Luke 10:38 As Jesus and his disciples were on their way, he came to a village where a woman named Martha opened her home to him. 39 She had a sister called Mary, who sat at the Lord's feet listening to what he said. 40 But Martha was distracted by all the preparations that had to be made. She came to him and asked, "Lord, don't you care that my sister has left me to do the work by myself? Tell her to help me!"
41 "Martha, Martha," the Lord answered, "you are worried and upset about many things 42 but only one thing is needed. Mary has chosen what is better, and it will not be taken away from her." (NIV)
In my motherís garden was a little statue with a water fountain in it. Mom called the statue "Willieís Dilemma." When I asked mother why she gave the fountain that name, she asked me, "What do you see?"
I said, "Well, I see a little boy who wants a drink of water from the fountain, but heís two short, so he has to climb."
"And why does he have that puzzled look on his face?" asked mother.
And I replied, "Because to climb up and get a drink he will have to put down that ice cream cone he is holding in his hand."
Mom said, "Thatís what a dilemma is, when you canít decide what you really want to do first."
The Holy Gospel for today from Luke chapter 10 is the story of Marthaís dilemma. Martha and Mary were sisters who invited Jesus over for supper. Martha wanted to listen to the conversation Jesus was making, for he was her Lord, but she also was hard at work getting a nice meal together to serve to Jesus. That was her dilemma, whether to serve Jesus or be served by him.
We can really identify with Martha, for we are caught up in a similar dilemma in daily life. We are constantly occupied with making a better life. From early childhood to post adolescence we are busy with schoolwork. Then comes our first real job and the internal pressure to advance our career. A spouse and children add much reason to try to succeed. Later on thereís the preparation for retirement. Sometimes it seems that every stage of life is simply a preparation for the next phase we going into. Our dilemma is that while we are on this continuous slope of preparation for the future, thereís the present to deal with.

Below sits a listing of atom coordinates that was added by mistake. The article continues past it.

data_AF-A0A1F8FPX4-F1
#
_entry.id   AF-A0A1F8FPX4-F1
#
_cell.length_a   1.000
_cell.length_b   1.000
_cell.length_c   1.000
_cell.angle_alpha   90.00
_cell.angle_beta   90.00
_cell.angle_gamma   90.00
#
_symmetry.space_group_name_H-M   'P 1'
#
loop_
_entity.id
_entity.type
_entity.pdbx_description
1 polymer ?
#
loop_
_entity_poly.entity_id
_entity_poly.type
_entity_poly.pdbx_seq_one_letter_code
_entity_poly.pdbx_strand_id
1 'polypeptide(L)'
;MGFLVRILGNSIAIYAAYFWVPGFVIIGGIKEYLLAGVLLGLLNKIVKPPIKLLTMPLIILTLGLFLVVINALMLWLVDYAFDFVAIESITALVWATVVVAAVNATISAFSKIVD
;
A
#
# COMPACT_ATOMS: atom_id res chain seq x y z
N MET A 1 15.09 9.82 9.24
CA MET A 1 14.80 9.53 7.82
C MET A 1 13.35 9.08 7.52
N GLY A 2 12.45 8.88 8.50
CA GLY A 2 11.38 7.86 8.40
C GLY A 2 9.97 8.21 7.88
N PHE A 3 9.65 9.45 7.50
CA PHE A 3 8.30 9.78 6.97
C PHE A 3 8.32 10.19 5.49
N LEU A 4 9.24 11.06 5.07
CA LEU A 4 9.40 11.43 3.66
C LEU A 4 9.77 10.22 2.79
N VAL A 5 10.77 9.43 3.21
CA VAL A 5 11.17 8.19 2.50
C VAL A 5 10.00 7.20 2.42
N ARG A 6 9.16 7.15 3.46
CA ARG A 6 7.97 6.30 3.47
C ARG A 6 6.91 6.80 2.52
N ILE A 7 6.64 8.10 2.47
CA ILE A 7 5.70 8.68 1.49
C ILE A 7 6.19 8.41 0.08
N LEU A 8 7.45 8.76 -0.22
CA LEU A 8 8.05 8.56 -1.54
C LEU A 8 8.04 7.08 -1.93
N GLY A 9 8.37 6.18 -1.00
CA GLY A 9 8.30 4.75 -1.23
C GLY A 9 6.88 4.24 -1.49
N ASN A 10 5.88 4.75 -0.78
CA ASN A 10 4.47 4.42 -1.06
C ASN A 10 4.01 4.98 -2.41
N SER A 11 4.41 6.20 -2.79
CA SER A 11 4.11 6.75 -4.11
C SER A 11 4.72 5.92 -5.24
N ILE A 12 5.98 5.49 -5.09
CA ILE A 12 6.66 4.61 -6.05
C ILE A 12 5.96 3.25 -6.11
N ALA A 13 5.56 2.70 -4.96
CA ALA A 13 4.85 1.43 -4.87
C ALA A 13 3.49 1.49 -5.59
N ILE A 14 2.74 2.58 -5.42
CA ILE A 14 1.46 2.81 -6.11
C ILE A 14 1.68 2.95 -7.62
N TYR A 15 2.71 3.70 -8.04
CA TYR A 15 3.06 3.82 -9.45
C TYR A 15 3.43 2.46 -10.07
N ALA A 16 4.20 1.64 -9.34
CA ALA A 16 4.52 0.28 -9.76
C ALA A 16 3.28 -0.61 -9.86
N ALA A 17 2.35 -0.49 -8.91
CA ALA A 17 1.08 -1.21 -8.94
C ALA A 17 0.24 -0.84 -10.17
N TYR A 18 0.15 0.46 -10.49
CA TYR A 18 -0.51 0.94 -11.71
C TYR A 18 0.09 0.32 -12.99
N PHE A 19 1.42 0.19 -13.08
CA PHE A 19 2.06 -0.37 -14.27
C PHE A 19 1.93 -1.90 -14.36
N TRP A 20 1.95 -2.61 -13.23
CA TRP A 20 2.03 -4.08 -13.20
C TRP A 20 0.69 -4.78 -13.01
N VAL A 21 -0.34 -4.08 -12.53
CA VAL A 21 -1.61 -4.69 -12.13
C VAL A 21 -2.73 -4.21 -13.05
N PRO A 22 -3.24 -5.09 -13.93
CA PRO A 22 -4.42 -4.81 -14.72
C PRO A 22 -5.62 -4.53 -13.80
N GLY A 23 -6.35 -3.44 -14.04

I know a man who all his life worked hard to bring himself up from the poverty he grew up in. He worked hard in school, got a scholarship and worked his way through law school, married a beautiful wife, raised two children, and was gathering fortune. One morning I got a call from his wife. She was sobbing uncontrollably. Her husband had collapsed on the exercise bike. She asked me to meet her at the hospital. I got there first as the brought him in. He was dead at age 52. No one would ever expect this to happen to such a healthy looking man who seemed so control of his life.
Our dilemma is that while we are preparing for the future, Christ is with us now. Christ is asking us to set aside our plans for ourselves long enough to listen to him. We listen to Jesus Christ because he is the highest treasure we can have. Jesus gives us real pleasure. The teaching of Jesus renews us and gives us a permanence we canít bring to ourselves.